Justice VK Bhaskaran, in his judgement in the second case, commented on the CBI’s FIR as follows:
“In the final analysis of the case it will be seen that a false FIR containing wild allegations against the accused was filed in court on 31 May1969. But the Investigating Officer did not submit any report to the court in respect of the allegations contained in the charge sheet before filing the charge sheet. During the investigation, the Investigating Agency appears to have adopted dubious devises like creating false evidence and suppressing material evidence in order to see that by hook or crook, the accused is convicted of some offense. It is unfortunate that a machinery such as CBI which is a powerful investigating agency and supposed to be highly efficient had resorted to such practices in vital matters involving the prestige of the citizens. It seems, the accused with equanimity has undergone a great ordeal by facing the trial protracting for a period of more than ten years. But for this accusation he should have held some of the highest positions of responsibility in our country to the benefit of the people.”Quoted in MKK Nayar, “With Grudge Against None”
The two cases showed us how in our system, jealous and despicable enemies in powerful positions, small men as they are, can bring down even a popular and competent official who should have retired as Cabinet Secretary in the normal course. The comments against the CBI by the two honourable judges were never contested, and remain as a lasting indictment of the organization. MKK, on his part, chose to leave the CBI officials to the mercy of God rather than have them prosecuted under the Indian Penal Code for creating false documents and using them with the full knowledge of their being false, an offence punishable with seven years’ rigorous imprisonment.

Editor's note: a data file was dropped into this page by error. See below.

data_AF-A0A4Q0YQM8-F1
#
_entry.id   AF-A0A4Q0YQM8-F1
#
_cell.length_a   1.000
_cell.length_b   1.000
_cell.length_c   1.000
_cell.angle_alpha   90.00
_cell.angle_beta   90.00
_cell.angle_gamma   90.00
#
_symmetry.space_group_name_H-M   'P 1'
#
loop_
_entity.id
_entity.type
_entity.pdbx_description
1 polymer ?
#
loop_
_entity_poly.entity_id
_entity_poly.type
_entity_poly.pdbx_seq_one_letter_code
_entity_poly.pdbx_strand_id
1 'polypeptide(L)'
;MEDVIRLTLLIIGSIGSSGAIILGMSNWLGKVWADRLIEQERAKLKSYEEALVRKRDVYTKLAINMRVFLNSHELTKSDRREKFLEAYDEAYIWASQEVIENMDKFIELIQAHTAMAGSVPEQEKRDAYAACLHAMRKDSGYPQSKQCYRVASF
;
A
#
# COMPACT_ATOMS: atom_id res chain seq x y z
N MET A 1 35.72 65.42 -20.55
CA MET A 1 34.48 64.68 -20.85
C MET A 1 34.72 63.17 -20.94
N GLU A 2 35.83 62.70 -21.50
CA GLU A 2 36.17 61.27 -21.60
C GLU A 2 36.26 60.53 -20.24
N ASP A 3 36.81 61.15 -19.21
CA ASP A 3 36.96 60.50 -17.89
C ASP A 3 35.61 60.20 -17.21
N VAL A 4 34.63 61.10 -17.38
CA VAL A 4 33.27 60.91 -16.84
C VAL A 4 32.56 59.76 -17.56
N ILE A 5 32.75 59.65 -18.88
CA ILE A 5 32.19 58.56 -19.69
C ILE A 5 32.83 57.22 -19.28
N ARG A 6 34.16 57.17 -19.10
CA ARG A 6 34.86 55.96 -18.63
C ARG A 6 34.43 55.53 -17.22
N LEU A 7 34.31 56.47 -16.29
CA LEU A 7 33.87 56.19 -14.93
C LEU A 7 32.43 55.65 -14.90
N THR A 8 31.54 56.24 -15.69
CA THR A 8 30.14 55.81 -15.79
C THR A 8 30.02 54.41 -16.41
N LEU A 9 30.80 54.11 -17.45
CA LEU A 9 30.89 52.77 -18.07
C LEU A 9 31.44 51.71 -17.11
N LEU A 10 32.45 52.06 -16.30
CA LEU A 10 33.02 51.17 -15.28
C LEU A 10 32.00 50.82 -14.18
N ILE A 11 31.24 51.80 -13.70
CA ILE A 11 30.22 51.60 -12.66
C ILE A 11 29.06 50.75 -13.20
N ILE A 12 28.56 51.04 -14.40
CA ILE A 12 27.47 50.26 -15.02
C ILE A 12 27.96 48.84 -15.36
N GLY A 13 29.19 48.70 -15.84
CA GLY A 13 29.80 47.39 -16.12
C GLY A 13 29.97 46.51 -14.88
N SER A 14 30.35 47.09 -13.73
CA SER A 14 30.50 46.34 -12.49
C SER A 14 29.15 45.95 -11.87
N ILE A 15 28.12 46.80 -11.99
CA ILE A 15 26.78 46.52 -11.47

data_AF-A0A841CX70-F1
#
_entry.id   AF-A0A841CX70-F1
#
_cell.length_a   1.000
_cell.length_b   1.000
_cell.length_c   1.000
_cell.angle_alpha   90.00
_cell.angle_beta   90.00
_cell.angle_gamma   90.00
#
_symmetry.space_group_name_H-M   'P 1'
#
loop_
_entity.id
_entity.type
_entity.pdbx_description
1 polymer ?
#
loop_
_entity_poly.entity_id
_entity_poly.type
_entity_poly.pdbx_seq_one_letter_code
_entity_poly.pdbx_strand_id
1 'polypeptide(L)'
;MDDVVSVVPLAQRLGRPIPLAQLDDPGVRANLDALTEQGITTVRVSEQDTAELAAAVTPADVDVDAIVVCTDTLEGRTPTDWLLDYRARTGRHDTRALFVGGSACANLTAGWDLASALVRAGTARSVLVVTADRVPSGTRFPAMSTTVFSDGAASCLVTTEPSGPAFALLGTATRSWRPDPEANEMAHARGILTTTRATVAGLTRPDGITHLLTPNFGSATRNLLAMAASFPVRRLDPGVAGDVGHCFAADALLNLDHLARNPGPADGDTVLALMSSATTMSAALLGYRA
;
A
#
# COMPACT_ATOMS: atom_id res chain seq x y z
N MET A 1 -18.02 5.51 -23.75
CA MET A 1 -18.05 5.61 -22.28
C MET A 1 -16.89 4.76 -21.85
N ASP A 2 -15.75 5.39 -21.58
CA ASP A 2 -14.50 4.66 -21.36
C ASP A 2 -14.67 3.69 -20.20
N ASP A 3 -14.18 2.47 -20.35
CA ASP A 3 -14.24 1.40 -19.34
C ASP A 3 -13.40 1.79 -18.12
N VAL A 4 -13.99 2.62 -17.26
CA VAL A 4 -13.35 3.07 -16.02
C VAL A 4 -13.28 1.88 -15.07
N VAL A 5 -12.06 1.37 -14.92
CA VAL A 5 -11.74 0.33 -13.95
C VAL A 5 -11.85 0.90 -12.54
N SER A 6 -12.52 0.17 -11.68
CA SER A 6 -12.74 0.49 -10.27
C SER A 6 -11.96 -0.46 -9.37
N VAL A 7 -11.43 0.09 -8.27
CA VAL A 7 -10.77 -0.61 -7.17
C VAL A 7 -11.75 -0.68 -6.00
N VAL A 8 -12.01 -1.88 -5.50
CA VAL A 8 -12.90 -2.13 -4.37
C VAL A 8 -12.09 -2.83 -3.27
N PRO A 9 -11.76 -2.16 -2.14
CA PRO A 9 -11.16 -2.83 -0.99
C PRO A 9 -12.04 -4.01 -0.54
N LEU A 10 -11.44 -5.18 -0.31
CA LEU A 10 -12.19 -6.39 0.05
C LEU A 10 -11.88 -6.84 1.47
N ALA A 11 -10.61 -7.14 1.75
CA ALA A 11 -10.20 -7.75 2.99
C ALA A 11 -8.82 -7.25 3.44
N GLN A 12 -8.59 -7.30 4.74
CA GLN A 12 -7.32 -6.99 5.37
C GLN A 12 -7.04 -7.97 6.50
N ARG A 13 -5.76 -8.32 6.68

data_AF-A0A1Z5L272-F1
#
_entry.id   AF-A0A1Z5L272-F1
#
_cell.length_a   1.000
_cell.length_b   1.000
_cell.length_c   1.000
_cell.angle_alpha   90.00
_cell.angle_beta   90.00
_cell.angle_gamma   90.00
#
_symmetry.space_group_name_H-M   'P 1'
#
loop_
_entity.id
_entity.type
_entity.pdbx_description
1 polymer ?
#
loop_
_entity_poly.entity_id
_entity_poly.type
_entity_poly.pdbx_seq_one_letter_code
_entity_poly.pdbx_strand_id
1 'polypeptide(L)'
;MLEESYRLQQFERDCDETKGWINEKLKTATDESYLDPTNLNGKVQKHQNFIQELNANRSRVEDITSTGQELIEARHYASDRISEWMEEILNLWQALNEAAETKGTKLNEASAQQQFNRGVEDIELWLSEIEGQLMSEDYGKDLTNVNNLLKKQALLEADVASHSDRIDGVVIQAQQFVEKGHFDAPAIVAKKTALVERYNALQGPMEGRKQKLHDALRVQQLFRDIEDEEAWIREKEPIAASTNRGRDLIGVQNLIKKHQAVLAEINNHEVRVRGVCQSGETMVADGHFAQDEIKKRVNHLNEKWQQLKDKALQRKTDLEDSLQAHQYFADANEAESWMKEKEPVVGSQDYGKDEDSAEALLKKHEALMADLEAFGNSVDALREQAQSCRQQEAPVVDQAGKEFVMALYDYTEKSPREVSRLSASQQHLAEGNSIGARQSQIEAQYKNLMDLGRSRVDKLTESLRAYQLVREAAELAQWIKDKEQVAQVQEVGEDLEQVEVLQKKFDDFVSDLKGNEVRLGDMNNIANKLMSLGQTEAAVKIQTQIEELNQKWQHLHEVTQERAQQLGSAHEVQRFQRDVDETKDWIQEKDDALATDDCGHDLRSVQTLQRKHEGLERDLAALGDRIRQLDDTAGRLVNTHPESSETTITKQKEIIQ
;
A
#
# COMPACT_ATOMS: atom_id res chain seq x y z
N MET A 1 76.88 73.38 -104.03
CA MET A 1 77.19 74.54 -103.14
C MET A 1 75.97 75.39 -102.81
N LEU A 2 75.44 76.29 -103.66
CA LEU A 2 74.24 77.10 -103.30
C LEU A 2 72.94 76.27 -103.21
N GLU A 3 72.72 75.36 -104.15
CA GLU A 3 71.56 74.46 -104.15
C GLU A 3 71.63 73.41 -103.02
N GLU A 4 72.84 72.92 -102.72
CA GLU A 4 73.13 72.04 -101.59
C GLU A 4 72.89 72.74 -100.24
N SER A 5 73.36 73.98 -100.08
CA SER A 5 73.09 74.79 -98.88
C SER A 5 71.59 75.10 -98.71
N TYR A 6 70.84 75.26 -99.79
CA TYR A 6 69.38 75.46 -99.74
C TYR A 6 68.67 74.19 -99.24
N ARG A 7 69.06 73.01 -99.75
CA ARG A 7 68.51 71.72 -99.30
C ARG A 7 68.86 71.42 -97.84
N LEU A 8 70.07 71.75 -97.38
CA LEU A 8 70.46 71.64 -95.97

Even after the case was won, MKK’s enemies sought and succeeded in denying him the benefits he was entitled to with retrospective effect. It is a matter of poetic justice, or some may say divine retribution, that the junior Minister in the then Rajiv Gandhi cabinet responsible for denying MKK his due benefits, and his son, recently spent long periods in Tihar jail, for forgery, corruption, cheating, money laundering, and disproportionate assets.
The case never demoralised the strong man that MKK was. Even at the height of the proceedings, whenever I met him at his residence in Ernakulam, I found a pleasant human being who always enquired about my studies, and the books that I was reading. More serious was Pappu still strutting about with his quiet graceful steps, in apparent disgust of the goings on around him.
An almost fatal car accident followed around this time, resulting in several months of stay in hospital and an eye surgery. MKK lost 32 kilos in six weeks. Even this did not unsettle him or wipe off that ever present genial smile from his face. Then came a mark list case involving his second son. This was the end result of the machinations of a doctor who was brought to prominence by MKK himself. MKK was left in the unenviable situation that no father would ever want to be in, of having to indict his own son in order to save himself. In my father’s words, this was the case that affected MKK personally, and damaged his reputation. But he overcame these difficulties in a stoic manner.
Eventually MKK would succumb in September 1987 to cancer of the pancreas resulting in obstructive jaundice, one of the most painful medical conditions ever known. When I last met him with my father, the pain was not visible on his face, but he had become very thin and weak, and the smile had vanished. He seemed to be no longer the MKK that I knew for over two decades. Pappu was still around, looking down at the visitors in his quiet majesty, having crossed 20, unusually long for a Pomeranian.
What are the enduring images and memories of MKK? While studying in Madras, he had appeared for a few moments in a song and dance sequence in only the second Malayalam film, Gnanambika, released in 1940. Done to humour an acquaintance, the clip in its final version turned out to be more erotic than what it looked at the time of filming. Even before MKK returned home for his next vacation, the film had reached Trivandrum and done its rounds. An uncle whose daughter was arranged for long to be married to MKK turned hostile. MKK would eventually call out Soudamini and make her his wife without much by way of a ceremony.